Parrot Mating

Parrot mating alone is not too complicated if you follow certain rules and regulations. Of course you need two male and female birds first. Do not laugh at this statement, because people and cages often know that they have parrots of the same sex without being aware of it at all. Another very important thing is that both birds are mature enough, that is. that they have reached sexual maturity. In principle, tigresses reach sexual maturity between 9 and 12 months of age, but we would like to emphasize here that though these birds are too young, this age corresponds to the teenage years in humans by their psychic age, and you will agree that a little too young. Because they are still immature they will not sit well on the eggs and will most likely not feed the young properly. Also a premature litter can be fatal to the health of the parrot itself.

Many parrots, especially larger species, grow even after 18 months and it is very important that they grow up fully to have their first litter.

I guess you are aware that it pays to reproduce only top quality specimens that have customers, as there are many unwanted birds that cannot find foster parents, so think about it. It is a good idea to look at a bird show before mating and evaluate the quality of your bird there, share experiences with other breeders, and maybe if you do not have a suitable parrot, get a male or female.


When approaching litter planning, it is important to emphasize that you will need to provide your parrots with a spacious nesting box that you can buy in pet shops, or if you are skilled enough to make it yourself out of thin wood, always keep in mind that the lodge is large enough and for the parrot and its young. Provide a little dry grass or similar parrot so that it can bend its nest from that and its feathers. It is important to emphasize that the whole cage must be quietly protected from noise and drafts.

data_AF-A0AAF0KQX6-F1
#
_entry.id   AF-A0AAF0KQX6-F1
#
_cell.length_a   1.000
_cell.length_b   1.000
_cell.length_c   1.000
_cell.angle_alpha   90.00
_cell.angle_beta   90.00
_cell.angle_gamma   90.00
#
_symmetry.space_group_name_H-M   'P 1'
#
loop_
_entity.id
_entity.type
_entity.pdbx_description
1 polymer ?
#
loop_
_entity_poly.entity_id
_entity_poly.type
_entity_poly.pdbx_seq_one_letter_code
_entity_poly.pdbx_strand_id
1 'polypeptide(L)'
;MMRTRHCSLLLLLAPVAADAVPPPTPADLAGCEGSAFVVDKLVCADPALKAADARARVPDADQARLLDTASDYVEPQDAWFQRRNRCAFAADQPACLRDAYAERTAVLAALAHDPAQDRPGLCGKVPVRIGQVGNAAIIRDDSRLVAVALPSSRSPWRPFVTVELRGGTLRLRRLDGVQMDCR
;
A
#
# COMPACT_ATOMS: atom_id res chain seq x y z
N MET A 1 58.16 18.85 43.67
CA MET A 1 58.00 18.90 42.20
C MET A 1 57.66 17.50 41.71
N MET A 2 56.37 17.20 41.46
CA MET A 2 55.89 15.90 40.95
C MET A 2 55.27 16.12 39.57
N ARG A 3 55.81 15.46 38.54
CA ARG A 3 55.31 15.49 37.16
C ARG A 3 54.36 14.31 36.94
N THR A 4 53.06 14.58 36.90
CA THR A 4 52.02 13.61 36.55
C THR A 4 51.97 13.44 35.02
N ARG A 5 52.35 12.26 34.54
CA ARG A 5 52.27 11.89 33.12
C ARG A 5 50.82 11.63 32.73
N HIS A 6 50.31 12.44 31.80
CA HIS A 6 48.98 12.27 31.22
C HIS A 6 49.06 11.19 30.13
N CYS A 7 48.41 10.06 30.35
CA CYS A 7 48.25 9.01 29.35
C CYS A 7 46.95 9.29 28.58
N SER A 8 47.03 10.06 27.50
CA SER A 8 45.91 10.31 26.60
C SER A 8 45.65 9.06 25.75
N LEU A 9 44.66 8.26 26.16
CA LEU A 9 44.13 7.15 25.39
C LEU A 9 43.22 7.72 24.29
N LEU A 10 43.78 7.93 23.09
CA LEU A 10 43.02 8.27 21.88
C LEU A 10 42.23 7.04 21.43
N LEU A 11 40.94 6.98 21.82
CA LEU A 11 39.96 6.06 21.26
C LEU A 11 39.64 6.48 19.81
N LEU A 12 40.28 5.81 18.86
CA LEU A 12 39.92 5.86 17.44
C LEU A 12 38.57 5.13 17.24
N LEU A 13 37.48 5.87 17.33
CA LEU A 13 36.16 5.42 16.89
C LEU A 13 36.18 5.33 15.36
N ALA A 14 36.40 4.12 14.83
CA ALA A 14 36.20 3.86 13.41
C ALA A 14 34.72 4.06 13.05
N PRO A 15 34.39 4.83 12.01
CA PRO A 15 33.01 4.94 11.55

The prevailing opinion is that parrots can be cured all year long if given the right conditions, so if they have about 12 hours a day of natural or artificial enough food and water, these conditions are sufficient for year-round mating.

Egg Laying

After mating within a week to three (depending on the species), egg laying begins. Usually this is between 4-6 eggs. If you want to make sure that the bird has laid an egg, do so gently, preferably when it is not sitting on the egg, when it comes out slightly, lift the cover slightly and close it quickly. If you already have experience in this business, you can gently mark the eggs with a non-toxic felt-tip pen so that it may be easier to track the birds later when they hatch. During this period, it would be good to boost the female diet slightly with preparations with more calcium and more vitamins E and A.

Seven to ten days after the egg is laid, the outline of a young bird begins to be seen in bright eggs. Usually, after 19-21 days, the first young hatch.

During this period, it is very important to provide parents with plenty of soft food to feed their little birds more easily. Consider this startup age and the right time for ringing birds, so if you plan to tackle this more seriously now is the right time.


After 6-8 weeks you can go back to your usual hard food because at this age there is no danger to the young. It would be fine to sift so much fresh fruit and vegetables in the cage for young birds to get all the vitamins and minerals they need, it only matters emphasize here that all vegetables must be dry and not freshly washed as there is a risk of diarrhea.